The Associated Press, citing a U.N. report it claims to have obtained, said on Monday that the international agency has evidence documenting the deaths of over 100 former Afghan officials or members of the defunct Afghan military since the Taliban jihadist group took over the country.
The AP report aligns with a briefing offered by U.N. Deputy High Commissioner for Human Rights Nada Al-Nashif in December that revealed the verification of “more than 100 killings of former Afghan national security forces and others associated with the former Government, with at least 72 of these killings attributed to the Taliban.” The dozens of deaths at the hands of Taliban terrorists followed a promise by a spokesman for the terrorist group in August that no individual who either served in the Afghan National Defense and Security Forces (ANDSF) or the Afghan government, or who collaborated with the United States during its 20-year presence in the country, would face “revenge” from the jihadists.
The Taliban has enthusiastically urged such people to stay within the country and invest in its economy, to enrich the Taliban and Afghanistan by proxy. The U.N. has encouraged the world to invest in the Taliban, arguing that the humanitarian situation in Afghanistan is currently so dire that the alternative would be condemning thousands to extreme poverty and death.
The Taliban has been running Afghanistan since August 15, when former President Ashraf Ghani fled the country by helicopter and surrendered Kabul to the jihadist group. The Taliban launched a national effort to return to power after President Joe Biden announced he would extend the Afghan War from the agreed-upon end date of May 1 through September, breaking a deal the White House had brokered with the Taliban. The ANDSF ceased to exist during that campaign as soldiers either surrendered or fled en masse to neighboring Tajikistan.
The news service reported on Monday that the report it obtained was signed by the head of the U.N., Secretary-General Antonio Guterres, who attributed “more than two-thirds” of the documented killings since the return of the Taliban to power to “extrajudicial killings by the Taliban.” Guterres also noted that the Taliban has also engaged in another 50 documented executions of people “suspected of affiliation with” the Islamic State.
The Islamic State Khorasan Province (ISIS-K), the Afghan branch of the gruesome terrorist organization, has waged war against the Taliban – despite their shared Sunni Islamic ideology – for years, particularly over control of opium-cultivating territory. In August, the Taliban blamed ISIS-K for a bombing at Kabul’s international airport that claimed 200 lives, including those of 13 U.S. service members, as desperate Afghans tried to get on planes to flee Taliban rule.
The Guterres report obtained by the AP also allegedly documented numerous “enforced disappearances and other violations impacting the right to life and physical integrity.” Among the targeted victims of Taliban attacks were journalists and public figures in particular, and women and girls more generally.
The figure the AP reported of killings since August does not appear to differ significantly from public figures revealed by the U.N. in December.
“Between August and November, we received credible allegations of more than 100 killings of former Afghan national security forces and others associated with the former Government, with at least 72 of these killings attributed to the Taliban,” Al-Nashif said at the time. “In several cases, the bodies were publicly displayed. This has exacerbated fear among this sizeable [sic] category of the population.”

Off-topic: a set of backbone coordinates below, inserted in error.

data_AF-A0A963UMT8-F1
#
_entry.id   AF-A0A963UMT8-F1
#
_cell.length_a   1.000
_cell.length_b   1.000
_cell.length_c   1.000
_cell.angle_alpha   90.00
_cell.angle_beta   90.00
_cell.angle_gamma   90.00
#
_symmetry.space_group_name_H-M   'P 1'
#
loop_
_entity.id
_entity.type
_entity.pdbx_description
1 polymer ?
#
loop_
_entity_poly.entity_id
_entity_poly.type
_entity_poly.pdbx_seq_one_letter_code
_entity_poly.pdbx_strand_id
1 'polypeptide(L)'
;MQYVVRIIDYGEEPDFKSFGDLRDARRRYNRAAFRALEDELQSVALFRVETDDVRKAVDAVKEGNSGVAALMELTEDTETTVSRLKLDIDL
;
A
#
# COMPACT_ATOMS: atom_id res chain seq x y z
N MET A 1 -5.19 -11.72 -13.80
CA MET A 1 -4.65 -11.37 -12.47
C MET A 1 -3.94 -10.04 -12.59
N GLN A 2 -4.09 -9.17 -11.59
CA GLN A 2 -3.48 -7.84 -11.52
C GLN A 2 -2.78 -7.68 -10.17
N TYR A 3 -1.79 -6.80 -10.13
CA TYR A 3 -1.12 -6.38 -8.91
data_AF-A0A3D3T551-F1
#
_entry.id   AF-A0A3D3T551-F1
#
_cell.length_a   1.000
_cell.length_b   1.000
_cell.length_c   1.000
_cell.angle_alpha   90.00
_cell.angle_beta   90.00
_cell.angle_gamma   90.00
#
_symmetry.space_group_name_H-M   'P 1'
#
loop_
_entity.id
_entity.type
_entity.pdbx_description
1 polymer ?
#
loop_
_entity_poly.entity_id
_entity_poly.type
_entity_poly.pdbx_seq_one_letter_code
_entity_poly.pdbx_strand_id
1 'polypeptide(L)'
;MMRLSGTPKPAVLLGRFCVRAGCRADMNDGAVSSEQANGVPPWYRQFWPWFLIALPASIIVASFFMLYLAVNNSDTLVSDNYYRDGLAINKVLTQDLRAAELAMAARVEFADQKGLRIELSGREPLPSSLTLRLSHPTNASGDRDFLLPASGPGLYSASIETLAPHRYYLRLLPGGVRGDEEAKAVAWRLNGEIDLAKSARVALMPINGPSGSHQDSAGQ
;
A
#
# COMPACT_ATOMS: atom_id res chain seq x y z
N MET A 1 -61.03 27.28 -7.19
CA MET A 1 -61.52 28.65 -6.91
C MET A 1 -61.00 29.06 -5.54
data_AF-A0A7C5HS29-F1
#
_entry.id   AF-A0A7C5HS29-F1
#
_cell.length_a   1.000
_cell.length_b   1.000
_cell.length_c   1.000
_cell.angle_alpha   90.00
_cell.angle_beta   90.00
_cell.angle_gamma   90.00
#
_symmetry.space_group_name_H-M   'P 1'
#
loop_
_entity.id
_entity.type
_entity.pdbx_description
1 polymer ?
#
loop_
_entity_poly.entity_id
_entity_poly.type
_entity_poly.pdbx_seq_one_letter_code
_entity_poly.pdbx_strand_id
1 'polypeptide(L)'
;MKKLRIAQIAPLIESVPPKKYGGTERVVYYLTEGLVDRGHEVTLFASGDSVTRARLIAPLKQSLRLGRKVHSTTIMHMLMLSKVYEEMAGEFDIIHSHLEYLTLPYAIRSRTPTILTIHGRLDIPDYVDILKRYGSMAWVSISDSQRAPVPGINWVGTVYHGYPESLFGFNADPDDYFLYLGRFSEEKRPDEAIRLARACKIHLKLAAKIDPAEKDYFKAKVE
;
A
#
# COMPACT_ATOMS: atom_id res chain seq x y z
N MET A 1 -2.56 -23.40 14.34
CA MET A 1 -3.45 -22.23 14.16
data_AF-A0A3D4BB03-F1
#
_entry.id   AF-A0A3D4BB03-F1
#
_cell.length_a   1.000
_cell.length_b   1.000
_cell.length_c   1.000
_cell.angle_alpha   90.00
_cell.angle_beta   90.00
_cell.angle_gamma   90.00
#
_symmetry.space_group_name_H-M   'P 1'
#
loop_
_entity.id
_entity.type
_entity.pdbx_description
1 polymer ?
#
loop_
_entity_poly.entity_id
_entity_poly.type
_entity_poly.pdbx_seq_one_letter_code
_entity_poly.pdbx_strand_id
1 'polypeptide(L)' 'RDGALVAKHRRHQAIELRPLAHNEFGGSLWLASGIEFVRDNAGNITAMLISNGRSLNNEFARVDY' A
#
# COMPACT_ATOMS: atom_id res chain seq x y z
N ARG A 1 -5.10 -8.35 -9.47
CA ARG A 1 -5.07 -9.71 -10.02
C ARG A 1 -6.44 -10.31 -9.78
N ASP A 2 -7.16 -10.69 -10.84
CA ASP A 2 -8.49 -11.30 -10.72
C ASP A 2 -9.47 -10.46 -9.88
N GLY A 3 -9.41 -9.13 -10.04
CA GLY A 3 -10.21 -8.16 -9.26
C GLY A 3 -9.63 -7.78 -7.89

Similarly, last week, Guterres’s Special Representative for Afghanistan Deborah Lyons told a U.N. briefing that she had reviewed “compelling evidence of an emerging environment of intimidation and a deterioration in respect for human rights.”
“Despite announcements of general amnesties for those who worked for or defended the former Government, we continue to receive credible allegations of killings, enforced disappearances, and other violations that are not being addressed by the judiciary,” Lyons said. “In addition, we are seeing a growing number of detentions of political opponents, civil society representatives, and those who voice dissent.”
Lyons called the general situation in Afghanistan “quite simply unsustainable over the long term.”
Taliban spokesman Zabihullah Mujahid explicitly stated during his first press conference after the Taliban seizure of Kabul that his group would not engage in revenge killings of individuals associated with the defeated government.
“I would like to assure all the compatriots, whether they were translators, whether they were with military activities or whether they were civilians, all of them have been important,” Mujahid said. “Nobody is going to be treated with revenge. Both youth who have talents, who have grown up here, who are from this country, we don’t want them to leave. These are our assets, we would like them to stay here, to serve.”
Mujahid further explicitly stated that a situation now regularly documented by agencies like the U.N. would not occur: “We would like to assure you that nobody is going to knock on their door to inspect them, to ask them or to interrogate them as to who they have been working for or interpreting for.”
Instead of revenge, Taliban leaders said they would build an “inclusive” government representing the diversity of Afghanistan’s population. That government has yet to materialize, as Taliban leaders have taken all senior positions for themselves or for their allies in the al-Qaeda-linked Haqqani network.